image

Calgary housing market a low overall risk of price delines

All the hot air about Calgary housing being over-valued looks to be hot air as CMHC’s report notes below.

Mark Herman, top Calgary Alberta Mortgage broker for renewals and new home purchases

Calgary housing market a low overall risk: CMHC

Slight mortgage rate increase on the way?

We watch lots of technial things to see where rates are going. One of those is the CMB – Canadain Mortgage Bond.

Today, the benchmark government of Canada five year bond yield ended the week at 0.79%, up from 0.73% the previous week.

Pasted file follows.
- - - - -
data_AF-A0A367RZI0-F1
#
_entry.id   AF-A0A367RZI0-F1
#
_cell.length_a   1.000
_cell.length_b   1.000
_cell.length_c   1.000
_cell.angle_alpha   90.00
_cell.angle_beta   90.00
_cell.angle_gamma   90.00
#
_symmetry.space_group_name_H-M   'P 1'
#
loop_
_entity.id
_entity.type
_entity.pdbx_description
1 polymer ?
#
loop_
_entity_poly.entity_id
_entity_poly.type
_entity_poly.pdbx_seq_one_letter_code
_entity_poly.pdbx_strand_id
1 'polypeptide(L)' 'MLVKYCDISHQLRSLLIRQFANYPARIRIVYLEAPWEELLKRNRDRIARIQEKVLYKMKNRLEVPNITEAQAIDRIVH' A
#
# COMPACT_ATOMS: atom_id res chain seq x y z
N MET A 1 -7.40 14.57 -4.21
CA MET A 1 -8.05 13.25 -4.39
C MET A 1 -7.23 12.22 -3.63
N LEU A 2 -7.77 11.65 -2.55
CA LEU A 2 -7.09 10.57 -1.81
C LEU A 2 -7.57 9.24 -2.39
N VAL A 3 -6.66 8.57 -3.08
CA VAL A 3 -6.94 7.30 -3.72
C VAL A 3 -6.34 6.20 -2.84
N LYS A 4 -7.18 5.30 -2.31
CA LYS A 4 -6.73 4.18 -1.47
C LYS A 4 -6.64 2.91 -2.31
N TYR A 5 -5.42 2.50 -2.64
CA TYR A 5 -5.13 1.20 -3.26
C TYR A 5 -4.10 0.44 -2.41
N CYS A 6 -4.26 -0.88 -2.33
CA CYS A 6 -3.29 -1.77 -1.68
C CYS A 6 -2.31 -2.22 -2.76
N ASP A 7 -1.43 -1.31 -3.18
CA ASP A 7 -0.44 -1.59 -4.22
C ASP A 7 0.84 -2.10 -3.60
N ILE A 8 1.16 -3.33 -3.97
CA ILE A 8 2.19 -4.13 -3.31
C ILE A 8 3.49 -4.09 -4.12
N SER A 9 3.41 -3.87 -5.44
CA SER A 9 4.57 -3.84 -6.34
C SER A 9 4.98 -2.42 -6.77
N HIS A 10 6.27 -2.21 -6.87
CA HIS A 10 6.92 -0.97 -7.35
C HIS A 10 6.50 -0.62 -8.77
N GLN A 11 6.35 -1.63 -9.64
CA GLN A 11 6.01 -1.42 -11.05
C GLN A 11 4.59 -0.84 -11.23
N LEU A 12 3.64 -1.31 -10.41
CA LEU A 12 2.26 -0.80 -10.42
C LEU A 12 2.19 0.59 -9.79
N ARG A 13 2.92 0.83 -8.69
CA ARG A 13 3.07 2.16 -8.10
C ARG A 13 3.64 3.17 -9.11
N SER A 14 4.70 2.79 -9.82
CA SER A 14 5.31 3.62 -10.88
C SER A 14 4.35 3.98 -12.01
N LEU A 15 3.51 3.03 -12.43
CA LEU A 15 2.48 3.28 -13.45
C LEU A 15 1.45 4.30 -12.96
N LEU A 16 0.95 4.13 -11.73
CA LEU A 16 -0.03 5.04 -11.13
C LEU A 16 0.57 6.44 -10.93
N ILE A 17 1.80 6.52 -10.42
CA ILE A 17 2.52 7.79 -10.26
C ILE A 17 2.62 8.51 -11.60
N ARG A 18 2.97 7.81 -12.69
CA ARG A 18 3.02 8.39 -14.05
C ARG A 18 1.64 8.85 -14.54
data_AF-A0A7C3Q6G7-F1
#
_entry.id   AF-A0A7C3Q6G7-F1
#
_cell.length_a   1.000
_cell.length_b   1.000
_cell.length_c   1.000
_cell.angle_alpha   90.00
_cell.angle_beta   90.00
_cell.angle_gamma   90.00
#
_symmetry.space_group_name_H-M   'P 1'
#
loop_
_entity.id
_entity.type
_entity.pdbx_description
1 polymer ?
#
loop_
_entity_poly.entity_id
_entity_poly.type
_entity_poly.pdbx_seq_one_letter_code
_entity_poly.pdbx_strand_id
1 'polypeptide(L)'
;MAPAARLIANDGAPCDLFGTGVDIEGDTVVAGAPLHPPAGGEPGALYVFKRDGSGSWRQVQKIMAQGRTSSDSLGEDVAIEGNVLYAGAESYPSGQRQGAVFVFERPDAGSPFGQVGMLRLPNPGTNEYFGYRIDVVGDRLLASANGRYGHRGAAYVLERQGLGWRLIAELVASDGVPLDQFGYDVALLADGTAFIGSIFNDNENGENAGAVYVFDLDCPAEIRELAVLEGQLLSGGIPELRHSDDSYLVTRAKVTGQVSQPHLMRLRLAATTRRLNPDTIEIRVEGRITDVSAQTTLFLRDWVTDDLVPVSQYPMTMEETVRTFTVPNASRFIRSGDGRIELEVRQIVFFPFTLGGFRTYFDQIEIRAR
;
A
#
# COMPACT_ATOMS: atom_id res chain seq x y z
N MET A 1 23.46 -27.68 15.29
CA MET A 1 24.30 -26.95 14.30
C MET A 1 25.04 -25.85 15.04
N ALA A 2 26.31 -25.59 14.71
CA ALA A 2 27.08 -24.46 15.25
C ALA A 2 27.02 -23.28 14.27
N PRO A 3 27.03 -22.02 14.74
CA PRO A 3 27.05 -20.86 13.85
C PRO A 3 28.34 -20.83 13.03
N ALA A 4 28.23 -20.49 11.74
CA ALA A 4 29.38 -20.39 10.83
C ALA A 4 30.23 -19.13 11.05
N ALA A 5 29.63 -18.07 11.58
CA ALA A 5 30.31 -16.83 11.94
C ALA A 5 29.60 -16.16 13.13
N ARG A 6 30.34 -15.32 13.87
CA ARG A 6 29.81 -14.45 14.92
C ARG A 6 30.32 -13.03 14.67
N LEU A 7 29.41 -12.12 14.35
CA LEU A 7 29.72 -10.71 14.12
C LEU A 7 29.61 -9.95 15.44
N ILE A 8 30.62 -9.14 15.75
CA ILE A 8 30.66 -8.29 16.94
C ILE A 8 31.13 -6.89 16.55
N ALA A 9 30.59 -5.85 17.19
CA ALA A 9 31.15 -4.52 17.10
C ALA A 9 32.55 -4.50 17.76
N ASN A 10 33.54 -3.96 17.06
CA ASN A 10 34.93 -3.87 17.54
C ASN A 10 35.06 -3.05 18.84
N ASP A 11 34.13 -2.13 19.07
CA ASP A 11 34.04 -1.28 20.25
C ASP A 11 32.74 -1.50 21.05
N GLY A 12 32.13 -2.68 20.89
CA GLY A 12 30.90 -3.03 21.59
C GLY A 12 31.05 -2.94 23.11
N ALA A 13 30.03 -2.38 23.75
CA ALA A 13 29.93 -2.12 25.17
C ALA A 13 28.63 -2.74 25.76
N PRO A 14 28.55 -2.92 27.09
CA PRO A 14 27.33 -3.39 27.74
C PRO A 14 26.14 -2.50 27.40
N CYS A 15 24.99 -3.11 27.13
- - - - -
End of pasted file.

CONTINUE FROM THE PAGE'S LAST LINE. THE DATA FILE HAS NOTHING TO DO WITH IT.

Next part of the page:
that means that fixed rates may move up from their 2.74 – 2.79% soon.

Get your rate hold / applicastion in!

Mark Herman, AMP, B. Comm., CAM, MBA-Finance

WINNER: #1 Franchise for Funded $ Mortgage Volume at Mortgage Alliance Canada, 2013 and 2014!

Direct: 403-681-4376

Accredited Mortgage Professional | Mortgage Alliance | Mortgages are Marvelous

Toll Free Secure E-Fax: 1-866-823-1279 | E-mail: mark.herman@shaw.ca |Web: https://www.markherman.ca/